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Page last updated at 19:06 GMT, Wednesday, 15 July 2009 20:06 UK

Congo leader wins disputed poll

Republic of Congo President Denis Sassou-Nguesso in Brazzaville (10 July 2009)
Mr Sassou-Nguesso has won another seven-year term

The Congolese President Denis Sassou-Nguesso has won another seven years in office, according to preliminary results from Sunday's election.

The electoral commission said Mr Sassou-Nguesso took 78.6% of the vote. His nearest rival gained just 7.5%.

About 2,000 opposition supporters came on to the streets of Brazzaville to protest. They were dispersed by riot police firing tear gas.

Mr Sassou-Nguesso has been in power for most of the past 30 years.

The BBC's Thomas Fessy in Brazzaville described what happened at the demonstration.

"It was a peaceful protest. But the police stormed the demonstrators and scattered them with tear gas.

"They ran after the demonstrators. One man was beaten up in front of us. His face was bleeding."

Our correspondent says that the police also confiscated and destroyed his recording equipment and that of a French television crew.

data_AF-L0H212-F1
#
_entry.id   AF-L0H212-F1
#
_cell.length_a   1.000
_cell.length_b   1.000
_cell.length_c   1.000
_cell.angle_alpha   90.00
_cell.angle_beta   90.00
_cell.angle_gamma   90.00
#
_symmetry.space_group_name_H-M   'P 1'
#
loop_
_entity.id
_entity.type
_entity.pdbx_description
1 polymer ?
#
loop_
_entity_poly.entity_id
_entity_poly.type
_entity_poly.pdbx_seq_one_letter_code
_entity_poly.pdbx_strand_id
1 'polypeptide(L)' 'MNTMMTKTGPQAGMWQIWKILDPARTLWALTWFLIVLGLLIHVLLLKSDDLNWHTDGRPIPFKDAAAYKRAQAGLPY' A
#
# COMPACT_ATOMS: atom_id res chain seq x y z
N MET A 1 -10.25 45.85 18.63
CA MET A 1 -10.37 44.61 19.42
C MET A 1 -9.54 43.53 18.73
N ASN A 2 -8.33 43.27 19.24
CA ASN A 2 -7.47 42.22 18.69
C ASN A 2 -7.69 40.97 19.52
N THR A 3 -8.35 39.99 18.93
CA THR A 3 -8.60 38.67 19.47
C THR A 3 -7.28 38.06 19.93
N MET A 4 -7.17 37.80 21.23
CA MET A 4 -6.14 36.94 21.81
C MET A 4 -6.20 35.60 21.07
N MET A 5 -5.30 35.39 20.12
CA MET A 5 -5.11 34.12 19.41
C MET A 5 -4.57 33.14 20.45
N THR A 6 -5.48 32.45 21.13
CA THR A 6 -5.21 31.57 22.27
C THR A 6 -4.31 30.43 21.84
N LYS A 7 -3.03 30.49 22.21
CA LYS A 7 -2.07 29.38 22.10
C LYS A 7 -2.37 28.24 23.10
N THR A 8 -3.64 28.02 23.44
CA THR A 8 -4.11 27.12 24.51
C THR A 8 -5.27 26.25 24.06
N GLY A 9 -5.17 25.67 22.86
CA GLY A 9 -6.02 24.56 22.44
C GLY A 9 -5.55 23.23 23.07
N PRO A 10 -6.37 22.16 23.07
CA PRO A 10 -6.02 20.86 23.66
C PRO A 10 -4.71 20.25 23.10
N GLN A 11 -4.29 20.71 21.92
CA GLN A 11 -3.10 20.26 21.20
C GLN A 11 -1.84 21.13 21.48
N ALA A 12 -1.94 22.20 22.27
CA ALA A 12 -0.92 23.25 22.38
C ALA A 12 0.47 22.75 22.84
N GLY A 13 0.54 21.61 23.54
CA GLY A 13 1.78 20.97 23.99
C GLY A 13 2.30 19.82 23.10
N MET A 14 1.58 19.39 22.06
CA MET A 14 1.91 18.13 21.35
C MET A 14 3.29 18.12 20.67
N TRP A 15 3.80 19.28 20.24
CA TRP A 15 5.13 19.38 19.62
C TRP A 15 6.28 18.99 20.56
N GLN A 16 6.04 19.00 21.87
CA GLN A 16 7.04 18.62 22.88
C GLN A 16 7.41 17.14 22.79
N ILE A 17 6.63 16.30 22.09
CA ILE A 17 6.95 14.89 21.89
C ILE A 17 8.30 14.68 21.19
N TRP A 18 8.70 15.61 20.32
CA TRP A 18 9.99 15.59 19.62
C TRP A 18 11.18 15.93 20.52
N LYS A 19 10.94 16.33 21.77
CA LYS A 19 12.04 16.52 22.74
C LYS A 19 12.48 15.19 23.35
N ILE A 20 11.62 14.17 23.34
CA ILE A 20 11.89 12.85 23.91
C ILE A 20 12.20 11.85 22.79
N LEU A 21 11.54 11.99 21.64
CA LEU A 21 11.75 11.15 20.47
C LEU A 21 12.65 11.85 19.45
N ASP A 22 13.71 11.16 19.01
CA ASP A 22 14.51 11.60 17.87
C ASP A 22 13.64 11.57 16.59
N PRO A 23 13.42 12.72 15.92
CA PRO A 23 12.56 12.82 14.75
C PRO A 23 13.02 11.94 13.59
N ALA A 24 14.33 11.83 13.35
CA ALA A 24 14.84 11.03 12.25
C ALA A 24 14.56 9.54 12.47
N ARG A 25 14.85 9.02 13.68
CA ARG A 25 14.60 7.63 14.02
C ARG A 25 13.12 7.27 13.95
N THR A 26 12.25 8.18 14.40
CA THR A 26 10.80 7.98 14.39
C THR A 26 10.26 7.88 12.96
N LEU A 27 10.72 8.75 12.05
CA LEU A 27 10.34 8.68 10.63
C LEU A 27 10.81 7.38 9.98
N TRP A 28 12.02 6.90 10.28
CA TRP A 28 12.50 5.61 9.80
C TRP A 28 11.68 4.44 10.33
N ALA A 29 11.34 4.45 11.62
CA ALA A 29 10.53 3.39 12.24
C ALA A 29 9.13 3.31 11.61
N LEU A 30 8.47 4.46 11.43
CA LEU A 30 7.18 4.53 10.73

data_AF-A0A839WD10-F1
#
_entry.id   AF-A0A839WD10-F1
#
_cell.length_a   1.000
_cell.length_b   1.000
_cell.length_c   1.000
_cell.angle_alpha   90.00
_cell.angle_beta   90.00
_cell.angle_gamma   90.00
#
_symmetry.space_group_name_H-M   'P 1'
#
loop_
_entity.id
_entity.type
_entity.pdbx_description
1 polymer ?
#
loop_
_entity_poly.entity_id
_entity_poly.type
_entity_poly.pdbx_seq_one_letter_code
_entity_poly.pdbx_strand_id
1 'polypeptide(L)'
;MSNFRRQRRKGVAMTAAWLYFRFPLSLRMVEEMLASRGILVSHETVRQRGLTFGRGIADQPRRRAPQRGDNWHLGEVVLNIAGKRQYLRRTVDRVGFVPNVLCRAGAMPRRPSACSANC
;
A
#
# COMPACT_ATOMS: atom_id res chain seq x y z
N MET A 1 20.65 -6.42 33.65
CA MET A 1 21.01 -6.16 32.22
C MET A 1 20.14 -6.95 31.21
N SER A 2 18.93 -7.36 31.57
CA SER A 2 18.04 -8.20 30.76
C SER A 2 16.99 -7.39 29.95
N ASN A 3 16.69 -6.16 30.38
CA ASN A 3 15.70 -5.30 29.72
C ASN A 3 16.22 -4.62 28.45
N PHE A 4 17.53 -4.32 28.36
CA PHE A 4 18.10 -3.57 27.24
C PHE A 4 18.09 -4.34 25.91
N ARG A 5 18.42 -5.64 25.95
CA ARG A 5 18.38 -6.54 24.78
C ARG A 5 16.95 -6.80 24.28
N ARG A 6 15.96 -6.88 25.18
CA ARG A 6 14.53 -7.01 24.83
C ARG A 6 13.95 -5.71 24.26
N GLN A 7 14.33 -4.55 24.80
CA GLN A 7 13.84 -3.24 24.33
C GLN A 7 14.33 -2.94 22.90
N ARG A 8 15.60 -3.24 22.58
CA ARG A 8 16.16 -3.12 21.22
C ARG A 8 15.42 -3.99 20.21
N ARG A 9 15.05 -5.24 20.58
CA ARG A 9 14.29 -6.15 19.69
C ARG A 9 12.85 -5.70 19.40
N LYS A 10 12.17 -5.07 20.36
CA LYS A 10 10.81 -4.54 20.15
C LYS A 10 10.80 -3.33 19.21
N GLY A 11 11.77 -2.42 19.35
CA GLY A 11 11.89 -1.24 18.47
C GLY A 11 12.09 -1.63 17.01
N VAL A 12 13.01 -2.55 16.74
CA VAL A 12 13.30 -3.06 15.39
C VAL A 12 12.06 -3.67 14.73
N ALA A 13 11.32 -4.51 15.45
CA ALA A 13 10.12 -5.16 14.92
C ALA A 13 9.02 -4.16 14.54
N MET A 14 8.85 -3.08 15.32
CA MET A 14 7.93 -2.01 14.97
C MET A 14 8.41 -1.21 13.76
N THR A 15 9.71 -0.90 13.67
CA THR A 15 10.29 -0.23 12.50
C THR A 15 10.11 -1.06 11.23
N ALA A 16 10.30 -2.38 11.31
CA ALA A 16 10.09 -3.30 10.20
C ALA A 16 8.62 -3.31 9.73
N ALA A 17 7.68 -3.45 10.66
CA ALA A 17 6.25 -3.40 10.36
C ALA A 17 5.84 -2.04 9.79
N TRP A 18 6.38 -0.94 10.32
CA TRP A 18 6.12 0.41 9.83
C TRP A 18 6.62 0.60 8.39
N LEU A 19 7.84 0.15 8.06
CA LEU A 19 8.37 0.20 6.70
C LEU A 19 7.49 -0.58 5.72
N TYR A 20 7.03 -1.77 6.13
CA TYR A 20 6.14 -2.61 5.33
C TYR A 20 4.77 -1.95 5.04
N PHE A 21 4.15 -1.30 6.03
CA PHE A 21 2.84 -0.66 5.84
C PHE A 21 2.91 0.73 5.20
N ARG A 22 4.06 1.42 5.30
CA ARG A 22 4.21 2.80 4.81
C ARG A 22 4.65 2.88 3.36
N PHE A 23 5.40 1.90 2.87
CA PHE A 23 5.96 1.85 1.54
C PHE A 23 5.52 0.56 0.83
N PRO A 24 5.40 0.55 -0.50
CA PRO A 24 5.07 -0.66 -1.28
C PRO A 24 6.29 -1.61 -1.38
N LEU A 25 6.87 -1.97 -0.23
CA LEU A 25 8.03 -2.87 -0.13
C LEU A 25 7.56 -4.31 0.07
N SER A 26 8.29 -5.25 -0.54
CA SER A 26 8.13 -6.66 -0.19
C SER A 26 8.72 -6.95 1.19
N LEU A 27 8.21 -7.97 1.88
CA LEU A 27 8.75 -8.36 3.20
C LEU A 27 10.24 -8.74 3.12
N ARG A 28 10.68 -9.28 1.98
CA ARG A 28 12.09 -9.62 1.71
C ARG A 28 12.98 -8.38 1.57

Opposition leaders had urged voters to stay away from Sunday's election, saying the government had inflated the electoral figures.

A polling station in the Republic of Congo (12 July 2009)
Opponents said the electoral roll had been rigged

On the day, election observers said turnout was low. But figures published on Wednesday by Congo's territorial administration ministry, and reported by Agence France Presse, showed the official turnout at 66.42%.

The candidate who had been expected to be Mr Sassou-Nguesso's nearest rival, the former finance minister Mathias Dzon, won only 2.3% of the vote.

An independent candidate, Joseph Kignoumbi Kia Mboungou came second to the president with 7.46%.

Before the polls closed on Sunday, the head of the African Union observers Dieudonne Kumbo Yaya told the BBC his team was not aware of any fraud having taken place.

But our correspondent witnessed money being handed out at a polling station in the south of the capital, to people who later said they had been asked to vote for Mr Sassou-Nguesso.

Another man said he had not voted because he had not been given a polling card.



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